Monday, February 1, 2010

How to Fix the Pro Bowl

I was thinking about this yesterday when everybody was bagging on the Pro Bowl. They definitely have a valid point - exhibition games can be fun, but for the NFL it's tough throwing your most valuable players out there and expecting them to go at each other with anything approaching a game effort.

Here's how I would fix it. Name your All-Pro Teams for the NFC and AFC. Then, have these guys COACH the game.

Your players? The top first and second-year players in the NFL, NFC vs. AFC. Kind of like the Rookie-Sophomore game in the NBA, except it would be conference vs. conference, for a more even game.

Your superstars still get Pro Bowl exposure on the sidelines, while the new generation of players gets a spotlight to make The Leap into prime time.

Imagine Peyton Manning coaching up Joe Flacco and Mark Sanchez while Kurt Warner or Brett Favre schemed with Matt Ryan on the other side.

Imagine Ray Lewis huddling with Rey Maualuga and Brian Cushing, or Austin Collie and Pierre Garcon giving some credit to their main man Reggie Wayne.

That's just scratching the surface.

Good idea?


  1. It might get kind of crazy to have that many people running around on the sideline, especially if they are all coaching. But I agree that something needs to change. The Pro Bowl has become a joke to watch. Maybe the younger players would at least be competitive.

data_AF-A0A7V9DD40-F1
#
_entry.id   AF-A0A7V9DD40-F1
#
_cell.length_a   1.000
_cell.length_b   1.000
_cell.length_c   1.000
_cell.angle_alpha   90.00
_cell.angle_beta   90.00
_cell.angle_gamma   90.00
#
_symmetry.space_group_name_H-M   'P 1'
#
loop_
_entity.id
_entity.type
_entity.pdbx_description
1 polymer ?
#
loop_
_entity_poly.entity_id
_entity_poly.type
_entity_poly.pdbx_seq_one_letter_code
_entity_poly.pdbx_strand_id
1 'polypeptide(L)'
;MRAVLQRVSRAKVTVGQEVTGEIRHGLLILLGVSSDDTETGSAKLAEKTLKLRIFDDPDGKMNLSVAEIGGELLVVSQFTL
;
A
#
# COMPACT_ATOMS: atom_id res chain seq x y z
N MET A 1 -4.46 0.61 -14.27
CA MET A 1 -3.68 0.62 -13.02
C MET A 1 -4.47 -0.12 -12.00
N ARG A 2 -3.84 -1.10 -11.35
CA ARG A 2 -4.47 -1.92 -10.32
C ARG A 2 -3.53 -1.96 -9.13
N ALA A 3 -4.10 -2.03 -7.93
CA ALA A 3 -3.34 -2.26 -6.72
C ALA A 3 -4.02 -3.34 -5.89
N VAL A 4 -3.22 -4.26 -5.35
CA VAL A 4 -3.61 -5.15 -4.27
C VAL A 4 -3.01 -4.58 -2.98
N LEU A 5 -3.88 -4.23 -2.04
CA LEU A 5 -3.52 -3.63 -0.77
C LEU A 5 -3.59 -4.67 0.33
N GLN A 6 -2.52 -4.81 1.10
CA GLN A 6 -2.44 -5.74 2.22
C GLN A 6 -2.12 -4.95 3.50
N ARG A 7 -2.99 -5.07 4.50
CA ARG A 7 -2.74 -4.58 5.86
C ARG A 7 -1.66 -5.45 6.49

2. Also, a question from Wickes:

    To be called a Pro Bowler, does that mean that you actually participated in the game? Or is it everyone who is originally voted as a Pro Bowl selection plus the replacements (Johnny Knox etc.)?

  3. 1 - I agree that there would be a lot of people on the sidelines, but hey, college teams fit like 100 near the bench on gamedays!

    2 - Everybody gets to call themselves a Pro Bowler, even if they were just third alternate, once!

    In Johnny's case, I believe it can only be applied to the return job - so he's a Pro Bowl kick returner, but not a Pro Bowl receiver. Although... he did get thrown at twice in the game, so maybe he is? Maybe he woulda been if he had caught one? Who knows.

  4. Alternate's are not pro bowlers. If you are selected to play in the game and pass due to Super Bowl or injury, you are still a pro bowler. The person they bring into replace now becomes a pro bowler. So Fodor is correct, Johnny Knox is a Pro Bowler, but like he said, as a kick returner